I fired up the airplane, taxied out and took off. I spiraled up over Dekalb to 7500 feet and started for the first airport, hop-scotching along. I made it. One hundred miles later, all was going well, until I was about 10 miles from Kankakee, Ill. I had been checking the oil pressure and oil temperature gauges every 30 seconds, figuring that if the engine was going to call it quits, I might get a little warning. I glanced over at the fuel gauges and was horrified to see the port tank gauge on empty! I thought, that is all I need! I knew the tanks had been filled. I checked the tank vent and I could not see any leak. I knew I checked the gas caps before I took off. What could be the problem? I checked all the fuses. Everything seemed OK. What to do?
Then I remembered a hangar flying session with Dad. He said you should never pass up the opportunity to refuel your airplane whenever you land. (I did this.) Running out of fuel has killed more pilots that anything else since the beginning of powered flight. Fuel system problems can be fatal, he told me. Never continue a flight with a fuel system problem, if you can land and get it checked out. To continue on with a known problem, even if you think you know what it is, is stupid and dangerous.
So I landed at Kankakee and learned the fuel tanking sending unit had broken. I had plenty of fuel in the port tank after all. A broken sending unit was not critical to the flight, so I filled up the airplane again and took off, continuing to hop-scotch my way home. I landed safely in Kokomo about an hour later.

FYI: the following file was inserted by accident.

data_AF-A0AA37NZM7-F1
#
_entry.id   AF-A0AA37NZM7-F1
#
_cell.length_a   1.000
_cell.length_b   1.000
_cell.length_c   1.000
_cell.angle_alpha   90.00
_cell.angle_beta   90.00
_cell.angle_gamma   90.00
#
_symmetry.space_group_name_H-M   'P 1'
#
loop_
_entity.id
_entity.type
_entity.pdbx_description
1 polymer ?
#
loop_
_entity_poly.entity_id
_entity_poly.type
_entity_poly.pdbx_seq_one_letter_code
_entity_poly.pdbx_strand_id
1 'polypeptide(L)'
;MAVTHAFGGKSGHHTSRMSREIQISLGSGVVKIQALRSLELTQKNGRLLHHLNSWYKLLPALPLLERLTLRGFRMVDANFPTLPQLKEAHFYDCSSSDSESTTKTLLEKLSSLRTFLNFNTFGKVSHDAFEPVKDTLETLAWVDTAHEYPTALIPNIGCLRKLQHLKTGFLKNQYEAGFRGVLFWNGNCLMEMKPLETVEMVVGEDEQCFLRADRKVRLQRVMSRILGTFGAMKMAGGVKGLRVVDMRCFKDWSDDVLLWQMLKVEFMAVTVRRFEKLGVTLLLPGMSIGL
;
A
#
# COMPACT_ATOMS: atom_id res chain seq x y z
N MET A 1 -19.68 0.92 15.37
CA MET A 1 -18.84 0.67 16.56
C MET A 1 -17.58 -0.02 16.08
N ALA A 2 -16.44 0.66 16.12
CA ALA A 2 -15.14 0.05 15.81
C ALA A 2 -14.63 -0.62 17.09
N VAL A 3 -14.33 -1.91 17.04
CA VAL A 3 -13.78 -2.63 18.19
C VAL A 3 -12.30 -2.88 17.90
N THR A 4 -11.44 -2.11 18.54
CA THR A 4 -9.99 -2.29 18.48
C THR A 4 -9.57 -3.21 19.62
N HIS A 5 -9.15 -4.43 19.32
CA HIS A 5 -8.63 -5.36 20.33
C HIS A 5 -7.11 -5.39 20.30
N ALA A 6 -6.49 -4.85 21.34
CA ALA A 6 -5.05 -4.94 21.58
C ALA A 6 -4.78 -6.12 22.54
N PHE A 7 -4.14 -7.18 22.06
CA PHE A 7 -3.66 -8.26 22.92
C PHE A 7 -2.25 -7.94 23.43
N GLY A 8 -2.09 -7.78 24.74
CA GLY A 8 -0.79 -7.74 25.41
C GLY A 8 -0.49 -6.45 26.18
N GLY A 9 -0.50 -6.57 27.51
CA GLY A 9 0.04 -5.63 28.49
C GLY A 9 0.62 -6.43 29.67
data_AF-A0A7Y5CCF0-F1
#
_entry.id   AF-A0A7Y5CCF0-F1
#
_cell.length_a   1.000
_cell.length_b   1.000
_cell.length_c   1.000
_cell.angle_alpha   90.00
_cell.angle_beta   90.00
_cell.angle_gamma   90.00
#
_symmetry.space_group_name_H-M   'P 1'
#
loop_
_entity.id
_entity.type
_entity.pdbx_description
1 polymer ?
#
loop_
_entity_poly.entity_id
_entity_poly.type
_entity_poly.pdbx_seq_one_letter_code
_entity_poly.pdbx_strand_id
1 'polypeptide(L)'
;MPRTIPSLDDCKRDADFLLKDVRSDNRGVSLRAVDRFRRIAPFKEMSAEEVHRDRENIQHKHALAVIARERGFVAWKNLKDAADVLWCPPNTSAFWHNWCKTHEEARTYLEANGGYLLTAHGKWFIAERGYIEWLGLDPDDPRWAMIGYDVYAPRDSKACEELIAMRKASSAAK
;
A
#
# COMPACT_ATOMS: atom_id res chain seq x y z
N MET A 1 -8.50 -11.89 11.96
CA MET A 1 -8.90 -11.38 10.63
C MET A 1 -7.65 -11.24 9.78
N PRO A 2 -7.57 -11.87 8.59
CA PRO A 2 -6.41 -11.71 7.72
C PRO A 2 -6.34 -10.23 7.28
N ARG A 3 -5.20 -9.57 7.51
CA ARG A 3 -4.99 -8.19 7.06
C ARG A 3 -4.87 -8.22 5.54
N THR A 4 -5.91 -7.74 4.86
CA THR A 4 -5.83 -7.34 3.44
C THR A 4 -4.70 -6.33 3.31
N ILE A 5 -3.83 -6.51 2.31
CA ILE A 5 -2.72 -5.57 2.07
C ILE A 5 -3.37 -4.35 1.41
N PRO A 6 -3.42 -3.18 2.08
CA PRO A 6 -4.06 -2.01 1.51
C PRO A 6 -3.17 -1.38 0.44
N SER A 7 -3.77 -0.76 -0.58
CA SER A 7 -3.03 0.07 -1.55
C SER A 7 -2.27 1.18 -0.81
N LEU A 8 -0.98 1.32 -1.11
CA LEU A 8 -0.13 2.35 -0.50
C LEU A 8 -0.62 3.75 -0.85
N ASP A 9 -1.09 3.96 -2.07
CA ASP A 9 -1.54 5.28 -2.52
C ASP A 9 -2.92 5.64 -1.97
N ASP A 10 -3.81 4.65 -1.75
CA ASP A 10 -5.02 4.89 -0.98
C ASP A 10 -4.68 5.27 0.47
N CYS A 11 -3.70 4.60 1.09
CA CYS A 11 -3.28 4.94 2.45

So, was this a perfect flying day? It was close. The air was smooth, the sun was out, and visibility was 50 miles. You can't do better than that. Even more, I encountered two glitches on the flight to challenge my skills: a rough-running engine and the broken fuel sending unit. Life-threatening? No. Cause for concern? Clearly. An opportunity to think outside the box? Yes, and that's good, because it what makes flying so challenging.
Did I make a good decision to fly back home? Some would say not. I wouldn't argue with them. One of my pilot- friends asked me if I would have flown home with a passenger. I would not have done that. I told him I would not have risked someone else. He asked me, then why would I risk my own life? Good point.
On the other hand, I know what Dad would have said. He would have listened to my story and then, after a few moments would have said, "Well, you recognized the problems. You analyzed them and came up with solutions that had minimally acceptable risk within your flying skills and experience. I would say it was a competently flown flight encountering adverse circumstances. Good mission."
Before I forget, the bush pilot pinned the un-sedated lion against the fuselage of the airplane by doing a series of continuous high-g turns, until the veterinarian on board could get another syringe full of Phenobarbital pumped into the lion. The flight was completed without further incident.